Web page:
A veteran claims he was "discriminated against" after being kicked out of a McDonald's due to an argument over his knife blade necklace.
Jonathan Nagel, who served in Afghanistan, was at one of the burger chain's locations in Everett, Wash., last Friday when the altercation occurred, KING-TV reports. Nagel told the outlet he was wearing a 4-inch, talon-shaped blade around his neck when he entered the restaurant.
Under Washington law, residents are allowed to open-carry large knives in public, as long as they are visible. Despite that, Nagel said the restaurant's manager asked him to put his blade away before ordering.
Nagel refused, saying he was legally required to keep his blade out in order to comply with state law. But the manager allegedly insisted he put it away, citing the fact that there were children inside the restaurant.
"I carry it every day," Nagel told KING-TV. "I'm a martial artist. I'm not the type of guy that goes around attacking people."
Still, Nagel told the outlet that he did eventually put the knife away but then began arguing with the manager. He claims he was then asked to leave before finishing his order.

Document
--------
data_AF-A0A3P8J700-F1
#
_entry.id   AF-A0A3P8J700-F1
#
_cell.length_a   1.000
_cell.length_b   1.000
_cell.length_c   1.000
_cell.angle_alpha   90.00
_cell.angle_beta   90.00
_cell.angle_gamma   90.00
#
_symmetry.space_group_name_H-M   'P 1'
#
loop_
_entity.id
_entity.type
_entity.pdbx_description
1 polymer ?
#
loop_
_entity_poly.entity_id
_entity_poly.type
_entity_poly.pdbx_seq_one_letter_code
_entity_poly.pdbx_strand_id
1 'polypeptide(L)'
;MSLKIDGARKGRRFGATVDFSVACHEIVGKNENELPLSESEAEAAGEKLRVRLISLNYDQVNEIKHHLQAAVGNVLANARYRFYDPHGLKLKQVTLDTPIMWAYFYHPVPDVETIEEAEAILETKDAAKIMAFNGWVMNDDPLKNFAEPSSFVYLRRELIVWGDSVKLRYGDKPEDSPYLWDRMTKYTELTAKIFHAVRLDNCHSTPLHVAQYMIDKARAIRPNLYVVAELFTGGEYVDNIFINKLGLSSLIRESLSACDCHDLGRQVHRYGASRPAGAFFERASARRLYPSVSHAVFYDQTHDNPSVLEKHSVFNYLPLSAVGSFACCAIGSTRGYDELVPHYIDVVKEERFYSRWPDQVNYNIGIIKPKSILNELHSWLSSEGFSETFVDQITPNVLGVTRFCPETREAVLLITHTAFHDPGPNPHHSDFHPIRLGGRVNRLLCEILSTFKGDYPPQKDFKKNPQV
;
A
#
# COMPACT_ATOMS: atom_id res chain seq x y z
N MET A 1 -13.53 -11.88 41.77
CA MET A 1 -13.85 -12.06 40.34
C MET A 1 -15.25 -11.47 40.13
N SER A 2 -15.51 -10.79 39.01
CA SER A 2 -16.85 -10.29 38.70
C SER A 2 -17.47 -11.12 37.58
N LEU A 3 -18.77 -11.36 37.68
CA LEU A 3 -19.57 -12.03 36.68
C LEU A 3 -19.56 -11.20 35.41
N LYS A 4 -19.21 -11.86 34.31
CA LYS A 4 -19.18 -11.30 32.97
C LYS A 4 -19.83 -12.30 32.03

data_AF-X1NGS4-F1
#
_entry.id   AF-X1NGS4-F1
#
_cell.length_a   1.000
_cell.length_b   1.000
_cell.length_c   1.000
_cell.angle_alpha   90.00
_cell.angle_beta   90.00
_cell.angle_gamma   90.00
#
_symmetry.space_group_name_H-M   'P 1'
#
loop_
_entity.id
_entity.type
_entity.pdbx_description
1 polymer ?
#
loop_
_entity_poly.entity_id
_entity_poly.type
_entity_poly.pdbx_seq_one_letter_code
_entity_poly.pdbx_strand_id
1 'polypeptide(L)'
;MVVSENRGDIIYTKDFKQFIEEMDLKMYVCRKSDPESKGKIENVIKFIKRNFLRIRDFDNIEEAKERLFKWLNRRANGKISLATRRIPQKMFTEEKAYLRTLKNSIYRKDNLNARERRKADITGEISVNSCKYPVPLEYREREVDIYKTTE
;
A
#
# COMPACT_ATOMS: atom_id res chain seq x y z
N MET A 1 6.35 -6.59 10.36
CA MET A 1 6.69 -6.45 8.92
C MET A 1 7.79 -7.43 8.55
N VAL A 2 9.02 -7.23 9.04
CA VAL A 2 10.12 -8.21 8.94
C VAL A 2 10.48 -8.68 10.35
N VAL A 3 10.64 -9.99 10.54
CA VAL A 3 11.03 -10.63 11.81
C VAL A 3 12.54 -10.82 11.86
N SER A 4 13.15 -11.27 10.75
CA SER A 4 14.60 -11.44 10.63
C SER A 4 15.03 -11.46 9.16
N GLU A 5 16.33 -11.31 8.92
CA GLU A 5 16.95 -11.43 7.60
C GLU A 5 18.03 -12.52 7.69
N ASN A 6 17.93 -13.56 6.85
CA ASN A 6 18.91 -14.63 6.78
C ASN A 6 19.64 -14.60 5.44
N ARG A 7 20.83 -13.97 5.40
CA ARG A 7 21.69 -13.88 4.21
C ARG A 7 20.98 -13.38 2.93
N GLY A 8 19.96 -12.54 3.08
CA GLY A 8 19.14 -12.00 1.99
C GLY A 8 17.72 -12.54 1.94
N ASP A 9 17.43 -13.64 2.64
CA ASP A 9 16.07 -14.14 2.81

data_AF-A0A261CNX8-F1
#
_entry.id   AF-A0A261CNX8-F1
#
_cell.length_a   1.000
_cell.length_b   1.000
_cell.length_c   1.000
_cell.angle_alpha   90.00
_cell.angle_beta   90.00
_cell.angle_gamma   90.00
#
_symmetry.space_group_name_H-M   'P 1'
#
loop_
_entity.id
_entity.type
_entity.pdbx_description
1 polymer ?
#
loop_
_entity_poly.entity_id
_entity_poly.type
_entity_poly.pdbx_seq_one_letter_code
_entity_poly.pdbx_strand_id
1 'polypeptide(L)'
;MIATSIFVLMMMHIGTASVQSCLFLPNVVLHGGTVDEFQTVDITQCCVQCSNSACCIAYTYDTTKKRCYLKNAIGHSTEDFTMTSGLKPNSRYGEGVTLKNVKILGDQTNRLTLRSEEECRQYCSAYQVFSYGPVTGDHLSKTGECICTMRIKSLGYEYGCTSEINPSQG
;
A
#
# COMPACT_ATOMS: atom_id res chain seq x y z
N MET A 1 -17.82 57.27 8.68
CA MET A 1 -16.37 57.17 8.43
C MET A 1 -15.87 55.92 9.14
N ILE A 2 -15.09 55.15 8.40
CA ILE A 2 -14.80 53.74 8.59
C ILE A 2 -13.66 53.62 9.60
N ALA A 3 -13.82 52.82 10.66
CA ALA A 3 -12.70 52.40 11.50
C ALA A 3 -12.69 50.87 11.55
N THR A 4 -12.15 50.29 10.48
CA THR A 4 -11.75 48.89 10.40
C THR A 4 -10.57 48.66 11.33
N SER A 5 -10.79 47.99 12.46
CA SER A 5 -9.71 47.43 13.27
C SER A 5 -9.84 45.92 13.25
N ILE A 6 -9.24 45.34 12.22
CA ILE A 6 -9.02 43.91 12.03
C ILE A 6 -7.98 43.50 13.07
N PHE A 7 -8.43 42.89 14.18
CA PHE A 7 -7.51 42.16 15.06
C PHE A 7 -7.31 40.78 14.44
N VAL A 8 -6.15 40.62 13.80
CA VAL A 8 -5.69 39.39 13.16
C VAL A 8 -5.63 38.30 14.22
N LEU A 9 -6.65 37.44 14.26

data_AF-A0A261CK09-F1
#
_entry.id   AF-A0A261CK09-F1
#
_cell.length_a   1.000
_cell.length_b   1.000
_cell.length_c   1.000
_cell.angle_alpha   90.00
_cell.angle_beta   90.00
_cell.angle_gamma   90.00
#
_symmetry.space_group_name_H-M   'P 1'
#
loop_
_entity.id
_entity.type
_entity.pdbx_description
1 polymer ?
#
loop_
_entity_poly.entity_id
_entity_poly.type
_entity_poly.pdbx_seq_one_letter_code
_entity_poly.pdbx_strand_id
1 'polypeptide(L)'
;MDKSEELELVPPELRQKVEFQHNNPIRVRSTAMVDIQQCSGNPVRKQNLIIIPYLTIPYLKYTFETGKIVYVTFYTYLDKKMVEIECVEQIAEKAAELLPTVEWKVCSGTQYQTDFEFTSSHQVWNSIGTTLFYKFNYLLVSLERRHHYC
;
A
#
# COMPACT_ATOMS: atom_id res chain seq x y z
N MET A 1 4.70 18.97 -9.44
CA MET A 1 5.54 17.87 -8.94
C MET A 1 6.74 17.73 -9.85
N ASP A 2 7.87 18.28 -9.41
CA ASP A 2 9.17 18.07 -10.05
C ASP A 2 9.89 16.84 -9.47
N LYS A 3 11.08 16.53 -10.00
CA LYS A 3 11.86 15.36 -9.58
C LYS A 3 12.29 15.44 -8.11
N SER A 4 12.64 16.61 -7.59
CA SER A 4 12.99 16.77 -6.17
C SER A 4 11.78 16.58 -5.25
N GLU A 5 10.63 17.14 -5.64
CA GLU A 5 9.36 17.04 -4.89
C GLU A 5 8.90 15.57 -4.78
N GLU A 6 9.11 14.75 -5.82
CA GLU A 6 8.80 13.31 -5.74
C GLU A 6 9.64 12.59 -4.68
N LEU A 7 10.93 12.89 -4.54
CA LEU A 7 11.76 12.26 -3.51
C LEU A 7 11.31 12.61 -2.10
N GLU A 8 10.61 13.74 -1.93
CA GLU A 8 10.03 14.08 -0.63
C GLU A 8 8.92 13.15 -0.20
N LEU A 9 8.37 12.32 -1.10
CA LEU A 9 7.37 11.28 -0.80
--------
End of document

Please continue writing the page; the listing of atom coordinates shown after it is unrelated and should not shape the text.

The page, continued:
"[The manager] said, 'No, I don't want your service, you can leave,'" Nagel said. "Just that plain and simple."
KING-TV reported that the town's police said the McDonald's manager did not break the law and was within his rights to deny Nagel service. Still, the veteran was frustrated by the ordeal and said he plans to seek an attorney for further advice.
"I fought for this country, I deserve to be here,” Nagel told KING-TV. "I deserve a Quarter Pounder with cheese if I want one. I don't deserve to be discriminated against. I'm in my country, being treated like I'm some kind of criminal or foreigner who has ill-intent — and I'm not."
McDonald's, for its part, has stood by the decision to make Nagel leave. Alefa Eserjose, the location's owner and operator, told Fox News that the "safety and security of our guests and crew" are the restaurant's top priority.
"We will continue to ensure our restaurants are a safe space open to anyone in the community where customers and crew feel comfortable," Eserjose added.